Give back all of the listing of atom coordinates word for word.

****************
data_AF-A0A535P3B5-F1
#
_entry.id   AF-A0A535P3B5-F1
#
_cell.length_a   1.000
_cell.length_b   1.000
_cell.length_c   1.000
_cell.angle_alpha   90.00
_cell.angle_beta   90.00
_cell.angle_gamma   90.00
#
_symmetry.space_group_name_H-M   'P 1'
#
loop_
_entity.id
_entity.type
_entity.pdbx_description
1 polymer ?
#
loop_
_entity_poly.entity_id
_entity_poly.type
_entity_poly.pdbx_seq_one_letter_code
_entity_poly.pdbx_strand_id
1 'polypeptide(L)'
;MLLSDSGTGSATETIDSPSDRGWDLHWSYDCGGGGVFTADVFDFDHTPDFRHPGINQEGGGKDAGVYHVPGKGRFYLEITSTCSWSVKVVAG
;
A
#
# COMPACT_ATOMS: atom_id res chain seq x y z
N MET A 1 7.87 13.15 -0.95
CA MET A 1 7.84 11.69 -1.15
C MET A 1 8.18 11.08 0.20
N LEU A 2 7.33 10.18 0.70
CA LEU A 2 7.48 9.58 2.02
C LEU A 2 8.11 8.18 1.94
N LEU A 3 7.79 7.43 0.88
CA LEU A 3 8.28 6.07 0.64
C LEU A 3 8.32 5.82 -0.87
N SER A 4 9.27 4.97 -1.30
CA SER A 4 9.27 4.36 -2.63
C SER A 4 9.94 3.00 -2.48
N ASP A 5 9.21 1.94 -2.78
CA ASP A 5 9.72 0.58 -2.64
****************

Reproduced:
data_AF-A0A535P3B5-F1
#
_entry.id   AF-A0A535P3B5-F1
#
_cell.length_a   1.000
_cell.length_b   1.000
_cell.length_c   1.000
_cell.angle_alpha   90.00
_cell.angle_beta   90.00
_cell.angle_gamma   90.00
#
_symmetry.space_group_name_H-M   'P 1'
#
loop_
_entity.id
_entity.type
_entity.pdbx_description
1 polymer ?
#
loop_
_entity_poly.entity_id
_entity_poly.type
_entity_poly.pdbx_seq_one_letter_code
_entity_poly.pdbx_strand_id
1 'polypeptide(L)'
;MLLSDSGTGSATETIDSPSDRGWDLHWSYDCGGGGVFTADVFDFDHTPDFRHPGINQEGGGKDAGVYHVPGKGRFYLEITSTCSWSVKVVAG
;
A
#
# COMPACT_ATOMS: atom_id res chain seq x y z
N MET A 1 7.87 13.15 -0.95
CA MET A 1 7.84 11.69 -1.15
C MET A 1 8.18 11.08 0.20
N LEU A 2 7.33 10.18 0.70
CA LEU A 2 7.48 9.58 2.02
C LEU A 2 8.11 8.18 1.94
N LEU A 3 7.79 7.43 0.88
CA LEU A 3 8.28 6.07 0.64
C LEU A 3 8.32 5.82 -0.87
N SER A 4 9.27 4.97 -1.30
CA SER A 4 9.27 4.36 -2.63
C SER A 4 9.94 3.00 -2.48
N ASP A 5 9.21 1.94 -2.78
CA ASP A 5 9.72 0.58 -2.64